Part two of a multi-part series
[Part one is available in last month’s issue or at my website https://www.mrefoto.com/blog]
Note that all images appearing with this article were taken with my iPhone 7 Plus.
8. Look for symmetry.
It’s one of the simplest and most compelling ways to compose a photo. In photography, symmetry usually means creating an image that can be divided into two equal parts that are mirror images of each other. That's a bit different from reflections In a symmetrical composition, the two halves of the image are mirror images of each other. Such a composition automatically creates a sense of harmony and aesthetic balance. Remember — use those grid lines from tip #1 to line everything up perfectly.
9. Keep an eye out for repetitive patterns.
Repetitive patterns are very pleasing to the eye — they appear whenever strong graphic elements are repeated over and over again, like lines, geometric shapes, forms, and colors. These patterns can make a strong visual impact, and photographing something like a beautiful, tiled floor can be enough to create a striking image.
10. Play around with color blocking.
Isn't it cool when an entire photo is black and white, except for a single object? It turns out that there are apps for that. One of my favorites is Touch Color — an app that automatically converts a picture to grayscale and lets you fill in the parts you want to colorize. Color blocking can help to highlight the elements of a photo that you want to stand out.
11. Avoid zooming in.
When you take a photo from a distance, it's tempting to zoom in on something specific you're trying to capture. It's actually better not to zoom in — doing so can make the photo appear grainy, blurry, or pixilated. Instead, try to get closer to your subject — unless it's a wild animal.
12. Capture small details.
You may have heard the phrase, "It's the little things." Sometimes, that also applies to photos. Close-up images that capture small, intricate, and delicate details can make for really compelling visual content. Keep an eye out for textures and patterns like peeling paint, a gravel road, or a tile tabletop.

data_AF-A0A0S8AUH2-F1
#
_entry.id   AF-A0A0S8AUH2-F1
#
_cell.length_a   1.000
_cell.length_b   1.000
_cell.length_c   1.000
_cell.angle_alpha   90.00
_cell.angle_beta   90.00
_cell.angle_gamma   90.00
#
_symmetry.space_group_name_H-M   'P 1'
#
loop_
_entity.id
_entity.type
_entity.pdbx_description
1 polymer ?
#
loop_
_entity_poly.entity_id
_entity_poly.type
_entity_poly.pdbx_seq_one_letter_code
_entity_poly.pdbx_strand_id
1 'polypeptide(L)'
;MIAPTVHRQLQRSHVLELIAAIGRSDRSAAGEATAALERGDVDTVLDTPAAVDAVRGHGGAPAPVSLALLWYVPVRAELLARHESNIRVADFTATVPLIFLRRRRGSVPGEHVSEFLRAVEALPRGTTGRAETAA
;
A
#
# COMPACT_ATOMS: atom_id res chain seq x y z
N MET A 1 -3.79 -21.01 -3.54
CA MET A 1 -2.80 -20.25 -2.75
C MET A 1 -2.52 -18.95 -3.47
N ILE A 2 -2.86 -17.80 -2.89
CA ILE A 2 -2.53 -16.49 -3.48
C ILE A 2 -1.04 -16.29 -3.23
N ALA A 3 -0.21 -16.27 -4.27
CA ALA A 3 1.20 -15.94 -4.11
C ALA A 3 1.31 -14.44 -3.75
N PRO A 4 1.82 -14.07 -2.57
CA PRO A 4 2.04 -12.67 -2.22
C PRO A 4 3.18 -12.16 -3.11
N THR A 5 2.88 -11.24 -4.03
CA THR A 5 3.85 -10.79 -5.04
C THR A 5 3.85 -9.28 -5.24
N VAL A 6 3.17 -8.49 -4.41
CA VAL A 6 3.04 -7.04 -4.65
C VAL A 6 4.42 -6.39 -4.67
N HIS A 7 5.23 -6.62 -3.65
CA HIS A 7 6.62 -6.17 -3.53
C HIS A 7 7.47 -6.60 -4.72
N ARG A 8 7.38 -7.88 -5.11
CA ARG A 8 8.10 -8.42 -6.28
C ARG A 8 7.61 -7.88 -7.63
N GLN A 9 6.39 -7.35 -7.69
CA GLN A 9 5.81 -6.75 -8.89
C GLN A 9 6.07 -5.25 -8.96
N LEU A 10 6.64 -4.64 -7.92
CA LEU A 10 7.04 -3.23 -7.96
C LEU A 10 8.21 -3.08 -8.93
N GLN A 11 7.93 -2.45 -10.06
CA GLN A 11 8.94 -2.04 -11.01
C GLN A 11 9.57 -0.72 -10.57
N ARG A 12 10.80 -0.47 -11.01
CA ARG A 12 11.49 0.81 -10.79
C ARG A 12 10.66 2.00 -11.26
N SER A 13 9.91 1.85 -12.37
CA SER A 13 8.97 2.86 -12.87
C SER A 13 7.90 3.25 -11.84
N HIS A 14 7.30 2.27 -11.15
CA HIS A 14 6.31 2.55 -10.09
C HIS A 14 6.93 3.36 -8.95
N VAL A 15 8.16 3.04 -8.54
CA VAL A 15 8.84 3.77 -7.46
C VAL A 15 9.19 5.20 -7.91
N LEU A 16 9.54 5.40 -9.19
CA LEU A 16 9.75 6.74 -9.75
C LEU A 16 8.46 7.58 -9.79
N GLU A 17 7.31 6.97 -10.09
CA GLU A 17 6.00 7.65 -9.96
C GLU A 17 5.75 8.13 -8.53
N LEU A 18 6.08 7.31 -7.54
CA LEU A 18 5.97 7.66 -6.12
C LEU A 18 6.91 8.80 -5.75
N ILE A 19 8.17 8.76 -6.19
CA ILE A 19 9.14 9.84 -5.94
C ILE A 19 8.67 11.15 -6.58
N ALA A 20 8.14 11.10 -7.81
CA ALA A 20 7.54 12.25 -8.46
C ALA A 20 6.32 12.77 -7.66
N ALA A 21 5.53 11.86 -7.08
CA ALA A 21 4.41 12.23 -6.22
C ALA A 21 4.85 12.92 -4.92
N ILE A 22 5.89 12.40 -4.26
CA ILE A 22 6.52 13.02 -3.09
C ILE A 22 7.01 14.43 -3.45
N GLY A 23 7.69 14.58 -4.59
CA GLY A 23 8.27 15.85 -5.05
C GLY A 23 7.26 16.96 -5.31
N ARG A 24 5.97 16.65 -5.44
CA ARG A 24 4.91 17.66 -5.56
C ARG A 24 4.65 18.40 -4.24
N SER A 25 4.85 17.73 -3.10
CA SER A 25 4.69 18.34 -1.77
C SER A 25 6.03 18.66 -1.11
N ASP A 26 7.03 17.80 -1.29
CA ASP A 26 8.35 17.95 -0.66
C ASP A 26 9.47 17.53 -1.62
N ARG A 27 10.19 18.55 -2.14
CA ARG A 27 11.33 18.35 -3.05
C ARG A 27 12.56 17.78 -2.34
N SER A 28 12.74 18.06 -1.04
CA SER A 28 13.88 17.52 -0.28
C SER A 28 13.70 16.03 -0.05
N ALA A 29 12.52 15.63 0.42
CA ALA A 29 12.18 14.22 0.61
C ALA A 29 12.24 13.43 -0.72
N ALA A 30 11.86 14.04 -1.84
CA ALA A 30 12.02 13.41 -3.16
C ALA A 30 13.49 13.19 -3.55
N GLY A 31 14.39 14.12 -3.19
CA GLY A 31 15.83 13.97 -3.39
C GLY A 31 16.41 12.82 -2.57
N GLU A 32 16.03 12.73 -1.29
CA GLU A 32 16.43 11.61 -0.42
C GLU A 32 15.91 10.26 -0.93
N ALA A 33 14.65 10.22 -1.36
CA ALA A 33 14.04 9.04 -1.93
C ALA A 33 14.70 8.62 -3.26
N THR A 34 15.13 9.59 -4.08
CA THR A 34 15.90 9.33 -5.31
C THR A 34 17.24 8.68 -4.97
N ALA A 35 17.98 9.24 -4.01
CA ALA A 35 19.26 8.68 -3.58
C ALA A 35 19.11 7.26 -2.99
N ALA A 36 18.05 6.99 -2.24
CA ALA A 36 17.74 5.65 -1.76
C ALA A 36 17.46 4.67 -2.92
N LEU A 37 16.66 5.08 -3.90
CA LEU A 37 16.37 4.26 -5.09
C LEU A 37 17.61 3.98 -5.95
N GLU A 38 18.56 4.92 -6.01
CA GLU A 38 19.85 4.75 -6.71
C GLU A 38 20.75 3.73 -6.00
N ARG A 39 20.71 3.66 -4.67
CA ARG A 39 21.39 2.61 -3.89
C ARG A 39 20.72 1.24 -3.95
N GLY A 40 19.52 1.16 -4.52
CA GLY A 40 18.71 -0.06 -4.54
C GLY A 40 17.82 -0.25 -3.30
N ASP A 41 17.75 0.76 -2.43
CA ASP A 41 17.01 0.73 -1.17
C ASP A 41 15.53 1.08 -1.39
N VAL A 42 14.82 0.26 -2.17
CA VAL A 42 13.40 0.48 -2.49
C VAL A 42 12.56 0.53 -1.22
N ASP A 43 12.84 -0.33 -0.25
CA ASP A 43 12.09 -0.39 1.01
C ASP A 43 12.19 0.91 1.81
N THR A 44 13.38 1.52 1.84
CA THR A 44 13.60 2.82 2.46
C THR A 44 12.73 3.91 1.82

13. Use natural light.
It's hard to find a great Smartphone photo that was taken with a flash. Most of the time, they make a photo look overexposed, negatively altering colors and making human subjects look washed out. Take advantage of the sources of natural light you can find, even after dark. This gives you a chance to play with shadows or create a silhouette with other ambient sources of light, like traffic and surrounding
Once you've taken the photo, play with the "Exposure" tool to see if you can make the image slightly brighter, without making it too grainy.
14. If you use flash, only do so during the day.
Sometimes, using your camera's flash can improve a photo — but rarely does it do so at night. Because dark shots reveal a much sharper contrast against your phone's flash, it can make any flash look invasive and uneven
In already well-lit spaces, however, a flash can help to soften some dark shadows behind or beneath your main subject.
When framing your next shot, look on the ground or against vertical surfaces for any dark shadows you might want to remove. If you see any, flip on the flash manually in your camera app. Setting your phone's camera flash to "auto" won't guarantee that your phone will notice the shadows you want to get rid of. Just remember to turn the flash off again when you're done.